Wednesday, January 7, 2009

The Athlete's New Brew

Second only to water in global popularity, tea may be the perfect
all-natural energy drink. It's odd to think of a nearly 5,000-year-old beverage as trendy, but in
America tea is becoming exactly that. With sales growing from an estimated
$1.84 billion to more than $6 billion since 1990, it's crossed over from the
Birkenstock set to the rest of us. That's good news for anyone with the
adventure bug, because traditional tea, as opposed to herbals like
chamomile, can provide an all-natural boost that's a lot easier on you than
coffee or, worse, most "energy drinks." Traditional tea comes from Camellia
sinensis, an evergreen plant native to China's tropical Yunnan province. It
shares coffee's pick-me-up appeal but has an amino acid, L-theanine, that
causes its naturally occurring caffeine to have a milder, steadier effect
that peaks after 60 minutes or so and falls to half strength over the next
four to six hours. Tea expert Paul Holmgren describes the effect as a "more
friendly, approachable boost" than coffee's. Tea's powerful antioxidants,
called catechins, may be able to repair certain types of cellular damage
that can lead to cancer. And observational studies in Asia, where folks
drink as many as five cups a day, point to a possible connection between
green tea and reduced cardiovascular disease. Now traditional tea is gaining
traction with the endurance set, as marathoners carry diluted bottles on
long runs. "Recent animal studies suggest that green tea's combination of
caffeine and a polyphenol called EGCG has the potential to improve
endurance," says University of Miami sports nutritionist Lisa Dorfman. Here
are the teas to know.

The Best Energy Teas

Oolong has a fruity, roasted taste and a sweet aroma, and some cultures
believe it lowers cholesterol and blood sugar. It also reputedly speeds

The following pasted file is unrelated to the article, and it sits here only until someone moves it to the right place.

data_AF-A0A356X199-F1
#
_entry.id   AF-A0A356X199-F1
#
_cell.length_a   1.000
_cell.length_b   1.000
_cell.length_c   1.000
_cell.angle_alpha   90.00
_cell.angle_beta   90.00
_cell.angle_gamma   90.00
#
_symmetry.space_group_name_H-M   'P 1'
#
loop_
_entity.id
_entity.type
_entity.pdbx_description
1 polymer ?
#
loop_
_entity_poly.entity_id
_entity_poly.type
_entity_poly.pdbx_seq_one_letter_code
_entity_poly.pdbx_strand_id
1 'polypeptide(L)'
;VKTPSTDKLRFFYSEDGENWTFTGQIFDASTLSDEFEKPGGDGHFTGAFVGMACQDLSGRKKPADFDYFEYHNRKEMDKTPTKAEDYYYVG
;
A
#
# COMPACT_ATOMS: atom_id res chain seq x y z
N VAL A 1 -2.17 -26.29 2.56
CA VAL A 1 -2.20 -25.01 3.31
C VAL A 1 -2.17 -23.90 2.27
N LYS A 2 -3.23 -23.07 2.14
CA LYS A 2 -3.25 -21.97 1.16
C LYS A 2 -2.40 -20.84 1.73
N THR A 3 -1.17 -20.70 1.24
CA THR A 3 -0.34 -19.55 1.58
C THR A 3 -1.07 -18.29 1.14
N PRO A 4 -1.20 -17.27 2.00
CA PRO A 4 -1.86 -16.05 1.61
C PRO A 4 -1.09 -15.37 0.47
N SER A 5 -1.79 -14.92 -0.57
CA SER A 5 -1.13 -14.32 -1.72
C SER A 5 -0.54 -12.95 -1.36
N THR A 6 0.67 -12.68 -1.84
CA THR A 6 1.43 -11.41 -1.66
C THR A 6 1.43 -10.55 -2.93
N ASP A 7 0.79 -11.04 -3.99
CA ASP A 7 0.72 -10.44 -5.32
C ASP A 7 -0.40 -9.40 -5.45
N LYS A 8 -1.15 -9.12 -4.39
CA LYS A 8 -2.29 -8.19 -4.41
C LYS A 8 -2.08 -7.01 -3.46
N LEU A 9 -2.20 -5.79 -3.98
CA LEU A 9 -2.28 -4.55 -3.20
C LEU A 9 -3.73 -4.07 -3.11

metabolism by 10 percent (

2 | PU-ERH
Pu-erh ("POO-erh"), a robust black brick made in Yunnan province, has a
following as a digestive aid and for allegedly lowering blood alcohol levels
and flushing toxins (

This caffeine-free, antioxidant-packed brew from South Africa isn't
officially tea, but never mind: Its antispasmodic properties can tame
stomach cramps (

Also not strictly tea (it's in the holly family), this caffeinated elixir
was discovered by Paraguay's Guarani Indians as a digestive aid and morning
brew before it caught on abroad (

The stuff of traditional tea bags, its processing and preparation make it
the most caffeinated. Still only half as charged as coffee, it's the ideal
way to kick the bean (

Brewed properly, this rarity, made from young leaves, has a sweet taste,
little caffeine, and antimicrobial properties for oral health. Steep with
hot, not boiling, water (

A pungent jolt of catechins and caffeine (about a third of that in a cup of
joe), green tea, like coffee, is an acquired taste, but you'll soon crave
its summery flavor and clean feel (

By: Ceil Miller Bouchet
Photograph by: Steve Giralt
(November 2006)

How to Brew Loose Tea

STORE IT RIGHT Remove leaves from package and put them in a tightly sealed
opaque container to keep light or any nearby spices from affecting the

NOT TOO HOT Ideal water temp for brewing descends gradually from black
(boiling) to white (steaming). Hotter water can ruin more delicate teas.

CONTROL THE CAFFEINE The first brew is the most caffeinated, so toss it and
resteep for less jolt. Asian drinkers reuse their tea leaves up to four
times a day.

DRINK IT FRESH Down your iced tea within 24 hours, before it loses most of
its mojo. Long-term storage diminishes its antioxidants and flavor.